Tadlock said the University had a goal of seeing as many as 120 Bemidji State students studying internationally every semester in similar exchange programs with a variety of countries. Today, through existing Eurospring, Sinosummer and other international study programs, about 45 Bemidji State students study abroad each year.
Exchange opportunities for BSU faculty and staff could soon expand beyond China, as the university also is exploring international exchange agreements with universities in Norway, Switzerland, Argentina and Viet Nam.
Increased international population at BSU
These programs would be a two-way street as well, with Bemidji State dramatically increasing the number of international students it brings to campus each year. The university currently has approximately 120 international students on campus, and Tadlock says the university has a goal to expand that total to 300 students within the next two to three years.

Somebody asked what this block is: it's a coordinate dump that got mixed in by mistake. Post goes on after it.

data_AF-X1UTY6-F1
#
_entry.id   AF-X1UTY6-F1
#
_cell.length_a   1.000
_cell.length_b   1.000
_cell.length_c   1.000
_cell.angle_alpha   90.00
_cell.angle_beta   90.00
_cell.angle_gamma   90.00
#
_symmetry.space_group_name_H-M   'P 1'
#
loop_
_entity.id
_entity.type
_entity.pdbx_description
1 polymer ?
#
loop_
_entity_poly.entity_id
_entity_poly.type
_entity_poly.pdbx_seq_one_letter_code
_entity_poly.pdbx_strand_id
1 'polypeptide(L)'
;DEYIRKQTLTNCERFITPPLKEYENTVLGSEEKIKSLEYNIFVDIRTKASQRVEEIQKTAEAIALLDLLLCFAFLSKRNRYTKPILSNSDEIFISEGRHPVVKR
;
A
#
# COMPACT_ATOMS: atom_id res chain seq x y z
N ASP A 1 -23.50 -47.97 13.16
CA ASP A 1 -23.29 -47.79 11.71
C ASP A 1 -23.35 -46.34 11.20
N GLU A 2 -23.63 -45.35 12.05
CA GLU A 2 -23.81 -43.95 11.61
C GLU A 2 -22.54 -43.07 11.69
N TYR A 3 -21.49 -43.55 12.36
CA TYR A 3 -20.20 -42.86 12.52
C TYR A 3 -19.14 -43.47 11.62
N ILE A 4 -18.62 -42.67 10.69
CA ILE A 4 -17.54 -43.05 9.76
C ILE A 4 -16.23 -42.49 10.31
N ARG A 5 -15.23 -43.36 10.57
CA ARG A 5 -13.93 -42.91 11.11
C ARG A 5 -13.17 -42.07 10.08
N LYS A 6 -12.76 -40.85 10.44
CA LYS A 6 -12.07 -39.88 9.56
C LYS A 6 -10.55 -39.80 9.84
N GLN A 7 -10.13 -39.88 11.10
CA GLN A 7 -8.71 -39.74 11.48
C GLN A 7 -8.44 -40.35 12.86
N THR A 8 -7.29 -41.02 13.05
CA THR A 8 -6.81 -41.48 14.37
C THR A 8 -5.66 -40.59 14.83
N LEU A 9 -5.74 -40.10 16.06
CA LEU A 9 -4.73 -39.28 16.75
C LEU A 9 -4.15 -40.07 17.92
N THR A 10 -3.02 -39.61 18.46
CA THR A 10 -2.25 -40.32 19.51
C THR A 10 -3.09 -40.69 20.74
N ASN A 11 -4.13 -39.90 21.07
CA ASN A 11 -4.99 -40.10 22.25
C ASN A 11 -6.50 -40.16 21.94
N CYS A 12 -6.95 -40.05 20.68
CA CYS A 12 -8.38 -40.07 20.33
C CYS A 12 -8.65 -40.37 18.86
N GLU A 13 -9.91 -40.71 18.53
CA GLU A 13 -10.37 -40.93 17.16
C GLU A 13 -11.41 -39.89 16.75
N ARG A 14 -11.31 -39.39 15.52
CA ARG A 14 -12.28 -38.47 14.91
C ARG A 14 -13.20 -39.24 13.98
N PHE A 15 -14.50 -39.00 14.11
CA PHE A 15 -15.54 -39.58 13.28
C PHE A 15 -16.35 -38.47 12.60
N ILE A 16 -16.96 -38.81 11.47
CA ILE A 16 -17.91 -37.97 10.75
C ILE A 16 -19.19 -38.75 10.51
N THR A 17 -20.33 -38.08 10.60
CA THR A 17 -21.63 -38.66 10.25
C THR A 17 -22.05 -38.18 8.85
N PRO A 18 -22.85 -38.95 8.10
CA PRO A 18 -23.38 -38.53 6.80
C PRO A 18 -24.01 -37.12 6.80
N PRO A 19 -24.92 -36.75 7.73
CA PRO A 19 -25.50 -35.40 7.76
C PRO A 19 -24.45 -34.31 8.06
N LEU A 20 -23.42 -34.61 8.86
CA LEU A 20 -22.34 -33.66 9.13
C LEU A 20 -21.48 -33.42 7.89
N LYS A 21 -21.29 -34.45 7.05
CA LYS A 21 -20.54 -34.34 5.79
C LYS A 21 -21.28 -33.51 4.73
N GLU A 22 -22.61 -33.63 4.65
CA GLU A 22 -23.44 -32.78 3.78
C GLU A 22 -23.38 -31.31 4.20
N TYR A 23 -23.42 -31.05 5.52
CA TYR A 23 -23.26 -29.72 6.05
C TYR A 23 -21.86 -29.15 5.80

The University is partnering with Canadian company CIBT, which is acting as a facilitator for most of the exchange opportunities being made available to faculty and staff in China and beyond.
To support these exchanges, BSU and CIBT also are planning to open an international English as a Second Language center to provide language instruction to Chinese students before they enroll in courses at the University. Planning for the ESL center is underway, with a goal of having the facility open sometime in 2013.
Faculty teaching opportunities